by Peter Coucquyt
on June 27, 2016

Savory anchovy broth-infused bundt cake

Korean anchovy broth (myeolchiguksu) is what 'Dashi' is to Japanese cuisine and forms the basis of many Korean sauces and soups. You can find it paired in all manner of seafood, meat and vegetable dishes. Traditionally, the broth is made from nothing more than dried anchovies, though it's becoming increasingly more common to add kombu (kelp) to enhance its umami taste.

An umami-rich bundt cake

When conceiving of this savory bundt cake recipe, an ingredients search for anchovy broth in the Foodpairing® Tool revealed a surprising number of bread matches. In this recipe, our bundt cake gets infused with umami-rich Korean anchovy broth and is then topped with seaweed and seasonal vegetables.

Anchovies - Asparagus - Fava Beans - Seaweed

Our search also revealed that asparagus and fava beans pair well with anchovies, sharing cheesy, buttery aromatic notes with the dried fish. As you can see in the diagram below, fava beans provide separate aroma links to wakame (seaweed) and the anchovies. We also choose soy sauce, another umami-packed seasoning agent, to highlight the caramellic, maple syrup-like flavors of the anchovies.

http://blog-assets.foodpairing.com/2016/06/Korean-Anchovy-Stock-aroma-tree.png

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Wakame and Hijiki (seaweed)

Rather than adding kombu to the anchovy broth, I chose to garnish our savory bundt cake with the more delicate Japanese wakame and hijiki seaweeds to enhance the umami taste of our dish, and because they pair well with the asparagus and fava beans. I then marinated the hijiki in a typical Japanese seasoning mixture of soy sauce, rice wine vinegar and mirin (sweet rice wine) to intensify its flavor.

Savory Anchovy Broth-infused bundt cake

Korean Anchovy Broth

When preparing Korean anchovy broth, it's essential that you first remove the innards to prevent your broth from turning bitter. Simmering it uncovered allows for the 'fishy aroma" to evaporate, resulting in a clean flavored broth.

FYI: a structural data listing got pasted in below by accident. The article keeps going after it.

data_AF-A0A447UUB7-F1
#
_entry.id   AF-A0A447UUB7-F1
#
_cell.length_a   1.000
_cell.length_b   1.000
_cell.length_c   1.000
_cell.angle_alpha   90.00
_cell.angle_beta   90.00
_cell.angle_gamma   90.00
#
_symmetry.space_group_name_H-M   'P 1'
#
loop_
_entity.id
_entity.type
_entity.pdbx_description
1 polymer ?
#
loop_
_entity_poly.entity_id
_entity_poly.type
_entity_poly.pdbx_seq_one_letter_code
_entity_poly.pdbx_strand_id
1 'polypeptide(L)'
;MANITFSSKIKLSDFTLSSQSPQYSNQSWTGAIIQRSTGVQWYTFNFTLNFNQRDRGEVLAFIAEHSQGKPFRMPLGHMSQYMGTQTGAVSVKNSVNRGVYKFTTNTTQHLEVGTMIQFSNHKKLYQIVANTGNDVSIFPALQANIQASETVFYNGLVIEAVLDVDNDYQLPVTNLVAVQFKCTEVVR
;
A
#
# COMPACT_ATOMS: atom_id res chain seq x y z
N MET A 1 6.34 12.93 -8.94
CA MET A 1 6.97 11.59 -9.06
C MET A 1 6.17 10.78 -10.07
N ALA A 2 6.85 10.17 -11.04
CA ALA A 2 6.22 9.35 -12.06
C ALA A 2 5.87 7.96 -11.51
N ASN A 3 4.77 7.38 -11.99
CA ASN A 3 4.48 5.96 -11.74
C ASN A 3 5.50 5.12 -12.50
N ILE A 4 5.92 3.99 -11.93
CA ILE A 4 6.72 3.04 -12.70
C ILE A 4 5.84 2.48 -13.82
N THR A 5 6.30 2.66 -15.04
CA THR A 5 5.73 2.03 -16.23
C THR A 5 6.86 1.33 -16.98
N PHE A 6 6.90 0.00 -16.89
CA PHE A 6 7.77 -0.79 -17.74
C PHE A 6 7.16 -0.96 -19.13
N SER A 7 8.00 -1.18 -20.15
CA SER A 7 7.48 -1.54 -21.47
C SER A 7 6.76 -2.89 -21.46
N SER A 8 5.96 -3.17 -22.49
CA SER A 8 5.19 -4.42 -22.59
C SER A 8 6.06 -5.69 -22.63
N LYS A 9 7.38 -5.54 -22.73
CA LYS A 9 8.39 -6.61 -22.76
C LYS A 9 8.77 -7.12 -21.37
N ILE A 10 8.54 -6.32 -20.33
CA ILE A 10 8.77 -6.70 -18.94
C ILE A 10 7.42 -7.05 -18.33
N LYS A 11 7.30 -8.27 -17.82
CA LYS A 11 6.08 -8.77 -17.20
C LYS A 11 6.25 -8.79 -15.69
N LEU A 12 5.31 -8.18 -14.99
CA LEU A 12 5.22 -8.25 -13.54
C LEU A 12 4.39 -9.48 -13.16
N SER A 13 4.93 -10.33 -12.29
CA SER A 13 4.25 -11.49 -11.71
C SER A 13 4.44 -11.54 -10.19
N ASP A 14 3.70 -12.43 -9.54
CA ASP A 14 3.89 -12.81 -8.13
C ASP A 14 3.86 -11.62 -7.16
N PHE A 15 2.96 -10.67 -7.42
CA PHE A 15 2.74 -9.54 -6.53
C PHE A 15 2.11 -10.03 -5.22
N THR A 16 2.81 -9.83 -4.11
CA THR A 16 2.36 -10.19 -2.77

preparation

  • 10–12 dried anchovies
  • 1.3 L water

Using the tip of a sharp knife, make a slit along the belly of each dried anchovy and carefully scrape out its dried innards. Then, transfer the dried anchovies to a medium-sized pot. Fill the pot with 1.3 liters of water and allow the anchovies to rehydrate and infuse for 20 minutes before turning on the heat to simmer, uncovered, for another 10 minutes.

Optional: If you prefer a more flavorful, umami-rich stock, you can add a piece of dried kombu, 2 to 3 garlic cloves and half an onion.

Japanese Hijiki (seaweed)

preparation

  • 5 g dried hijiki
  • 50 g soy sauce
  • 50 g Japanese mirin (sweet rice wine)
  • 35 g Japanese rice wine vinegar

Presoak the dried hijiki in a bowl of cold water for about 30 to 40 minutes. Drain well.

Meanwhile, combine the soy sauce, mirin and rice wine vinegar in a bowl. Add the rehydrated hijiki, making sure it is fully covered by the marinade. Soak for at least 30 minutes (or longer, if you prefer a stronger flavor) to allow the flavors to infuse. Drain and set aside.

Savory bundt cake

preparation

  • 180 g whole eggs
  • 60 g egg yolk
  • 150 g sugar
  • 120 g flour
  • 20 g corn starch
  • 6 g salt
  • 5.5 g dried yeast powder
  • 2 pinches of soy lecithin
  • a few drops of lemon juice

Preheat the oven to 175ºC/347ºF. Grease the insides of bundt cake molds.

Mix the eggs together with the egg yolks and sugar in a bowl. Add the remaining ingredients, mix and then pass through a sieve. Pour the strained mixture into a siphon bottle. Charge the siphon bottle with 2 capsules of gas and 1 capsule of soda.

Next, pipe the dough into the greased bundt cake molds. Transfer to the oven and bake at 175ºC/347ºF for 30 to 40 minutes, or until it turns golden. (For best results, place a cup of water in an oven-safe dish in the oven to retain moisture.) Then, remove the bundt cakes from the oven and allow to cool. Carefully remove the cakes from the mold and transfer each to a separate shallow bowl.

assembly

  • asparagus tips, lightly sautéed
  • fava beans, lightly sautéed
  • spring onions, lightly pan-roasted
  • 5 g Japanese wakame, rehydrated
  • Japanese hijiki, seasoned (recipe above)

Rehydrate the wakame in a bowl of cold water. Drain well and set aside.

Reheat the Korean Anchovy Broth and gently ladle some over the bundt cake until the liquid appears to have been absorbed by the cake.

To serve, top the bundt cake with the cooked asparagus and fava beans. Garnish with a stalk of the roasted green onions slivers of the Japanese wakame and hijiki.

Learn more about Umami as 'the fifth taste'

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by Peter Coucquyt
A former Michelin-starred chef, Peter applies his culinary expertise to the science of Foodpairing®, infusing the sensory experiences of aroma, taste and texture into every one of his creations.

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